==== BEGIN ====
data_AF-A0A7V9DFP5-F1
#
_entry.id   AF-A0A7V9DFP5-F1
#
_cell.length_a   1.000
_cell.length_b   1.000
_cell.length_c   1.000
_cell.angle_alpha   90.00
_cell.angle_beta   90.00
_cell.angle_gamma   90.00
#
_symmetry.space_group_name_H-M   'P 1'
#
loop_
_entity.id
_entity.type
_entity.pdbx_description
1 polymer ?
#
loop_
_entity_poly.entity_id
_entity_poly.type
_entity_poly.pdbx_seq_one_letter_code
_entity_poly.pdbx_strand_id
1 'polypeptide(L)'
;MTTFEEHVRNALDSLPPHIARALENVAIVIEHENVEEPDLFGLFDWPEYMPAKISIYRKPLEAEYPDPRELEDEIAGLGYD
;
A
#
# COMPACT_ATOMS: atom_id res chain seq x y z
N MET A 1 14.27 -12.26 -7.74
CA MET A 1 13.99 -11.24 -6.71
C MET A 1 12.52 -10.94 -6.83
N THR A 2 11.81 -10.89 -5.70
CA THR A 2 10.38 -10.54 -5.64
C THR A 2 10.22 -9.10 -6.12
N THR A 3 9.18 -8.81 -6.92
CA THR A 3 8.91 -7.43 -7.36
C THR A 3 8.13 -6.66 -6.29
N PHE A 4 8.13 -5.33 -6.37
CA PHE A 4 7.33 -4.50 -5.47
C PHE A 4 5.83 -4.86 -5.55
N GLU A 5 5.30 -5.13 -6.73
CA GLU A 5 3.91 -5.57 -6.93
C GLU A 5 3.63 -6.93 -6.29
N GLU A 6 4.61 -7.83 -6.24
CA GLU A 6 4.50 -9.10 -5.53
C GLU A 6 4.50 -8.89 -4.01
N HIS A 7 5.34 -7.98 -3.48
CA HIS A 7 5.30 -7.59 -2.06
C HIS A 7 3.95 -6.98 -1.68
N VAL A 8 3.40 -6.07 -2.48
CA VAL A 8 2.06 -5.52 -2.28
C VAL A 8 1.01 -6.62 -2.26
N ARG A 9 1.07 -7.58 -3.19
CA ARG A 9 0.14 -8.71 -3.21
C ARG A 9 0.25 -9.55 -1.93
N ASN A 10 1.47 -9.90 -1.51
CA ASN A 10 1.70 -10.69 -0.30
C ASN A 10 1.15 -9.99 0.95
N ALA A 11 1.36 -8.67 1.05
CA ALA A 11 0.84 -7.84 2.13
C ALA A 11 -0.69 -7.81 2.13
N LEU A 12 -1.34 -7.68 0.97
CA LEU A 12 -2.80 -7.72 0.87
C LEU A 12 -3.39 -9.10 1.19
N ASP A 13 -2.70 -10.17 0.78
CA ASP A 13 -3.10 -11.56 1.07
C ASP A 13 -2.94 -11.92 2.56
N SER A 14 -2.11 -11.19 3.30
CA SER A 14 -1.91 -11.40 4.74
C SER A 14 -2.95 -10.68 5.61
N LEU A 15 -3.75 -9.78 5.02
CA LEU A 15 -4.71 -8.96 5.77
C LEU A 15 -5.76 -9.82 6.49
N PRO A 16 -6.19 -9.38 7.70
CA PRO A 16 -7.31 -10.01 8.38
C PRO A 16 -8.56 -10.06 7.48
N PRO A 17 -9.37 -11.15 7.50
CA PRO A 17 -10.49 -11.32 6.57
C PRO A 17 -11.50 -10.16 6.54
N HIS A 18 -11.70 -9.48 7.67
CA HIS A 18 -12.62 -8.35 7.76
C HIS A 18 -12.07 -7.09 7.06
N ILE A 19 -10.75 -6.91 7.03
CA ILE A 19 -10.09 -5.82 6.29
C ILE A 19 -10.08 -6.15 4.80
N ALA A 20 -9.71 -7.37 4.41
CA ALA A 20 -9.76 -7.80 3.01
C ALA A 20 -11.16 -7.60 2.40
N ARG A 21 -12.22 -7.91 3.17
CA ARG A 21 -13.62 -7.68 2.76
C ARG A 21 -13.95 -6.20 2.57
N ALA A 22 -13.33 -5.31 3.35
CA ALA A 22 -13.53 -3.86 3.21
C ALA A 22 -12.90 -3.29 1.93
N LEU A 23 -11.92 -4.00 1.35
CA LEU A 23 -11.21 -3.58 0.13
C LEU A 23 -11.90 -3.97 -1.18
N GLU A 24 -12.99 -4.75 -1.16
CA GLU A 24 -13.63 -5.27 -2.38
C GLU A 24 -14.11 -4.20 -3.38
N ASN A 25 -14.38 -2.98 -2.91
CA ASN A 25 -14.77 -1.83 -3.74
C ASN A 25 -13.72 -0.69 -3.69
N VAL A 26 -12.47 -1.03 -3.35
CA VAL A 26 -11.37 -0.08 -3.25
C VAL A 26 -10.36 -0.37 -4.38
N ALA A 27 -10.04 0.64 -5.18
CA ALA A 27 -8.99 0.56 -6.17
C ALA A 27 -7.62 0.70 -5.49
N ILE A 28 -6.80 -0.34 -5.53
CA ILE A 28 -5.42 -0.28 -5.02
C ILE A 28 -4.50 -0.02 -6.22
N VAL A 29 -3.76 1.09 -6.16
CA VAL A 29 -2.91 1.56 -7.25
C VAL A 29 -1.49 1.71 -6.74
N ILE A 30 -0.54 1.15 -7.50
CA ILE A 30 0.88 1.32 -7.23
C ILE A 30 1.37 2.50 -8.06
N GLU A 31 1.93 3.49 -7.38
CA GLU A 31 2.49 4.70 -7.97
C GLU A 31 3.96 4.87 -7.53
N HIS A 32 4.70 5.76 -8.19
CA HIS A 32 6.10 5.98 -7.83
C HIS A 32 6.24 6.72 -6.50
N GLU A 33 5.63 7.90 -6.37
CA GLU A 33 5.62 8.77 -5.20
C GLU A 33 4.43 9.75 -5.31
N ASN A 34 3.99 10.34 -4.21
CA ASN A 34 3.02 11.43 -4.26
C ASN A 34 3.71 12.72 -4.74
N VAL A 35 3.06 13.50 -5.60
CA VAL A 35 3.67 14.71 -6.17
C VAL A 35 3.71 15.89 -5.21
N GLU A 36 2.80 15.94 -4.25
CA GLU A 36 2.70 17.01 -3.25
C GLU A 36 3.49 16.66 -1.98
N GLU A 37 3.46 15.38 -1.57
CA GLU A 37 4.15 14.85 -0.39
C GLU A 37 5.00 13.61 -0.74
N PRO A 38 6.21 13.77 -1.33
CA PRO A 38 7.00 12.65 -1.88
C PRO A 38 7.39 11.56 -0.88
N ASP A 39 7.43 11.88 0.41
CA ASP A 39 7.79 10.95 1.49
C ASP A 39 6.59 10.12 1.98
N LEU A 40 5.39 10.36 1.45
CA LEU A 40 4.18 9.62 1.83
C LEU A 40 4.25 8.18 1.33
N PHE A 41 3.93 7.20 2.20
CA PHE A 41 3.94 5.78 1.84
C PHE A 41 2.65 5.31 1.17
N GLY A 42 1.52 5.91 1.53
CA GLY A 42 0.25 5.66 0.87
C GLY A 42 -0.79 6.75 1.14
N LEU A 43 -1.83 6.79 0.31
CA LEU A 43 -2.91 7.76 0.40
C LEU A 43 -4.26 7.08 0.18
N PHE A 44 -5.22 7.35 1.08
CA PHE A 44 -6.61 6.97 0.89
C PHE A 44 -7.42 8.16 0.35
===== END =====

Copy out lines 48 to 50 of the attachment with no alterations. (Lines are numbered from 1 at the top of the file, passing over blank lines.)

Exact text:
C GLU A 6 4.50 -8.89 -4.01
N HIS A 7 5.34 -7.98 -3.48
CA HIS A 7 5.30 -7.59 -2.06